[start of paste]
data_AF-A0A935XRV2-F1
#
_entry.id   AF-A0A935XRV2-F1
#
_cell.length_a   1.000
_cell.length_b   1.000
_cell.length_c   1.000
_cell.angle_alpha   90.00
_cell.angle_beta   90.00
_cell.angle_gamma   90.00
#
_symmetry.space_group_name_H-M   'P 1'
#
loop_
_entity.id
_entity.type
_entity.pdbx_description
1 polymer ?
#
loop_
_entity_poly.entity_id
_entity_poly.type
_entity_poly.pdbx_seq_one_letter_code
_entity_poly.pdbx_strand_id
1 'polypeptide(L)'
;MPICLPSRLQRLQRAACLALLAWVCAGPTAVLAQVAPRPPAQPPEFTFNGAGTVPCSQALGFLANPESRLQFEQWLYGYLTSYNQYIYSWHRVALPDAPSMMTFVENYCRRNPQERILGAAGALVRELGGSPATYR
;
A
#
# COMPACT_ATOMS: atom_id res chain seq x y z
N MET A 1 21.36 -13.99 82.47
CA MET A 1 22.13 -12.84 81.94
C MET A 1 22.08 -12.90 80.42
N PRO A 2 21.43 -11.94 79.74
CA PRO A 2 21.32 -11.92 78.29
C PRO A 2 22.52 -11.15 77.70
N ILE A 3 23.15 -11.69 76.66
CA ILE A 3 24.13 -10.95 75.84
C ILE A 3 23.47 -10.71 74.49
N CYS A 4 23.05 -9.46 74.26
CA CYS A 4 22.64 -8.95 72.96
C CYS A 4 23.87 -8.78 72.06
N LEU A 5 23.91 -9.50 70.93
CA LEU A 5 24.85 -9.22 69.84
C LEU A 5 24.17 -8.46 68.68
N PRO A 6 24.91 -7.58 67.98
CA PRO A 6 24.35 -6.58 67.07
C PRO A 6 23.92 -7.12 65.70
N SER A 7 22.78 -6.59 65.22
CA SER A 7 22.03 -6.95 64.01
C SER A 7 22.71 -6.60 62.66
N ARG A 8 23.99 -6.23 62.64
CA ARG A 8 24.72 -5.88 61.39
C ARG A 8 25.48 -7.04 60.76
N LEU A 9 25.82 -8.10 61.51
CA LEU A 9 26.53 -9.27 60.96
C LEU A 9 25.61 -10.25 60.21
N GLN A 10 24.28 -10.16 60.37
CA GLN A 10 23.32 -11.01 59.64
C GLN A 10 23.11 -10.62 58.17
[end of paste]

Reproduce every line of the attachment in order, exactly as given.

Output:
data_AF-A0A935XRV2-F1
#
_entry.id   AF-A0A935XRV2-F1
#
_cell.length_a   1.000
_cell.length_b   1.000
_cell.length_c   1.000
_cell.angle_alpha   90.00
_cell.angle_beta   90.00
_cell.angle_gamma   90.00
#
_symmetry.space_group_name_H-M   'P 1'
#
loop_
_entity.id
_entity.type
_entity.pdbx_description
1 polymer ?
#
loop_
_entity_poly.entity_id
_entity_poly.type
_entity_poly.pdbx_seq_one_letter_code
_entity_poly.pdbx_strand_id
1 'polypeptide(L)'
;MPICLPSRLQRLQRAACLALLAWVCAGPTAVLAQVAPRPPAQPPEFTFNGAGTVPCSQALGFLANPESRLQFEQWLYGYLTSYNQYIYSWHRVALPDAPSMMTFVENYCRRNPQERILGAAGALVRELGGSPATYR
;
A
#
# COMPACT_ATOMS: atom_id res chain seq x y z
N MET A 1 21.36 -13.99 82.47
CA MET A 1 22.13 -12.84 81.94
C MET A 1 22.08 -12.90 80.42
N PRO A 2 21.43 -11.94 79.74
CA PRO A 2 21.32 -11.92 78.29
C PRO A 2 22.52 -11.15 77.70
N ILE A 3 23.15 -11.69 76.66
CA ILE A 3 24.13 -10.95 75.84
C ILE A 3 23.47 -10.71 74.49
N CYS A 4 23.05 -9.46 74.26
CA CYS A 4 22.64 -8.95 72.96
C CYS A 4 23.87 -8.78 72.06
N LEU A 5 23.91 -9.50 70.93
CA LEU A 5 24.85 -9.22 69.84
C LEU A 5 24.17 -8.46 68.68
N PRO A 6 24.91 -7.58 67.98
CA PRO A 6 24.35 -6.58 67.07
C PRO A 6 23.92 -7.12 65.70
N SER A 7 22.78 -6.59 65.22
CA SER A 7 22.03 -6.95 64.01
C SER A 7 22.71 -6.60 62.66
N ARG A 8 23.99 -6.23 62.64
CA ARG A 8 24.72 -5.88 61.39
C ARG A 8 25.48 -7.04 60.76
N LEU A 9 25.82 -8.10 61.51
CA LEU A 9 26.53 -9.27 60.96
C LEU A 9 25.61 -10.25 60.21
N GLN A 10 24.28 -10.16 60.37
CA GLN A 10 23.32 -11.01 59.64
C GLN A 10 23.11 -10.62 58.17